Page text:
Women make 2013 gains, but glass ceiling still there
By Veronique Dupont, AFP
December 23, 2013, 12:02 am TWN
NEW YORK -- In two high-profile firsts, women were named to lead General Motors and the U.S. Federal Reserve this year — posts that had always been held by men. Yet women are still rarely found at the top.
In addition to Mary Barra at GM and Janet Yellen at the Fed, 2013 also saw Marillyn Hewson chosen to take charge of Lockheed Martin.
In Europe, Inga Beal was named to head British insurance firm Lloyd's and Daniele Nouy was picked to lead the eurozone banking supervisor.
“We finally have role models,” cheered Tami Polmanteer, director of human resources for the Daymon marketing group.
Stanford University sociologist Marianne Cooper said “each time a woman gets a position like this, it is a victory because there are so few of them.”
But a similar wave of high-profile nominations a decade ago failed to trigger major changes.
Cooper contributed to Facebook top exec Sheryl Sandberg's bestseller “Lean In,” which encouraged women to take on more responsibility in business.
Today, more women graduate with four-year college degrees than men. Women hold around half of the mid-level management positions in big companies.
But the presence of women in top-level management tapers sharply: women hold just 15 percent of the top posts.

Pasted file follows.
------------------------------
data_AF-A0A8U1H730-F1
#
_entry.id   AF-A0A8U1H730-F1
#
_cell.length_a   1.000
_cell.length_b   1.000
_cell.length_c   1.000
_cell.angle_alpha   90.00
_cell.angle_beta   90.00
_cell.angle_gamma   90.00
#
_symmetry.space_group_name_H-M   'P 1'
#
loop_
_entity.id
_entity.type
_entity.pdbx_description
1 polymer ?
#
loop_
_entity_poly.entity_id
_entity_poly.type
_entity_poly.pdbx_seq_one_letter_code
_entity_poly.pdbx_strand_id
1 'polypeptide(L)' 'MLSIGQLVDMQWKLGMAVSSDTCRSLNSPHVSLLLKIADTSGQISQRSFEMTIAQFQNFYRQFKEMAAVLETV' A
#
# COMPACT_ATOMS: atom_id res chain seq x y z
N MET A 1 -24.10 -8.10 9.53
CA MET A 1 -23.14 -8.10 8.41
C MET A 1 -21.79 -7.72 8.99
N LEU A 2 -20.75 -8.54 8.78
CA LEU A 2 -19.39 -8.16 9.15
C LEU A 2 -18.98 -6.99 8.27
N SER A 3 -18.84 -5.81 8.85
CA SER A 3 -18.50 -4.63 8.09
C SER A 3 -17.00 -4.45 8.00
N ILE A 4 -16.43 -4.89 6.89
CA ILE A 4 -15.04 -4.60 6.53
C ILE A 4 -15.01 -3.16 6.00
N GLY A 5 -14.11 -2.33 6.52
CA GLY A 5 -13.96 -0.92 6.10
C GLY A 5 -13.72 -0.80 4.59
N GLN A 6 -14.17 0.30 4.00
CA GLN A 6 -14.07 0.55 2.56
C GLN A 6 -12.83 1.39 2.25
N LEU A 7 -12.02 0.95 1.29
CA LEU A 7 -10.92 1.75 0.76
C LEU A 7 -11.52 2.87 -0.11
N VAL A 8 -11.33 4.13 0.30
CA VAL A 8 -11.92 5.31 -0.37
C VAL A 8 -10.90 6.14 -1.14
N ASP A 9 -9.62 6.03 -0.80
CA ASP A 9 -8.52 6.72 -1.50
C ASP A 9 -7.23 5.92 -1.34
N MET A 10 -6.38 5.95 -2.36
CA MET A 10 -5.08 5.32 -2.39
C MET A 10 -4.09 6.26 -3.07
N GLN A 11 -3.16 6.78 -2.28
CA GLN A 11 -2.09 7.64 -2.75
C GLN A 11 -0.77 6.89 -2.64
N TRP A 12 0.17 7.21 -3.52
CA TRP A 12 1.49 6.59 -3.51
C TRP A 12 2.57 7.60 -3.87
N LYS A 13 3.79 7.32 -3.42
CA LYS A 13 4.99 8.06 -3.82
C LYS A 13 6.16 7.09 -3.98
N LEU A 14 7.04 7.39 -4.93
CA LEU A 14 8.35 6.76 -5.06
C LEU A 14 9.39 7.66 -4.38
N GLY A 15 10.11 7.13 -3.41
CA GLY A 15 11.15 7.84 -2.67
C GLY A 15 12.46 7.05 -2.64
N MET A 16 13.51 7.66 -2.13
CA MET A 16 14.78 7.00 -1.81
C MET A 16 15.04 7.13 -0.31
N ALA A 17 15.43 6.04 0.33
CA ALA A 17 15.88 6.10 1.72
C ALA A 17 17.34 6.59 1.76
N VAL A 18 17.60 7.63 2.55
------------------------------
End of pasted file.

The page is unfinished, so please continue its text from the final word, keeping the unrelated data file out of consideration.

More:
And the numbers drop even further in the biggest companies.
Just 4.5 percent of the bosses in Fortune 1000 companies are women, including Meg Whitman at the head of Hewlett-Packard, Virginia Rometty at IBM, Indra Nooyi at PepsiCo and Ellen Kullman at DuPont, according to Catalyst consultants.
“We would have to see a lot of women” named CEO, before “it even changes the percentage,” said Columbia University professor Katherine Phillips.
That said, over the past two decades, the numbers are improving, if slowly.
In 1995, not one of the Fortune 1000 companies was run by a woman, and just two percent were in 2005, according to Phillips.
Worldwide, women hold 11 percent of board seats, according to GMI Ratings.
But some countries are doing far better than others. In Finland, Norway and Sweden, where the governments have created parity quotas, women hold 30 percent of board positions.
“Italy and France are seeing significant increases in women's representation following the passage of recent laws on board diversity,” GMI Ratings said.
But outside Europe, progress is slow, especially in the United States and Canada.
And the developed country with the worst record of women in the top levels of business is Japan, where just one percent of board member positions are held by women.
Certain sectors are particularly behind in promoting women, including finance and the sciences, where the number of women in top positions is actually decreasing.
Experts trace the difficulties in increasing parity to a lack of support from management, insufficient childcare, distrust in abilities and a stubborn cultural bias against women.
“Women are being judged more harshly,” said Marianne Cooper, referring to a study by consulting firm McKinsey.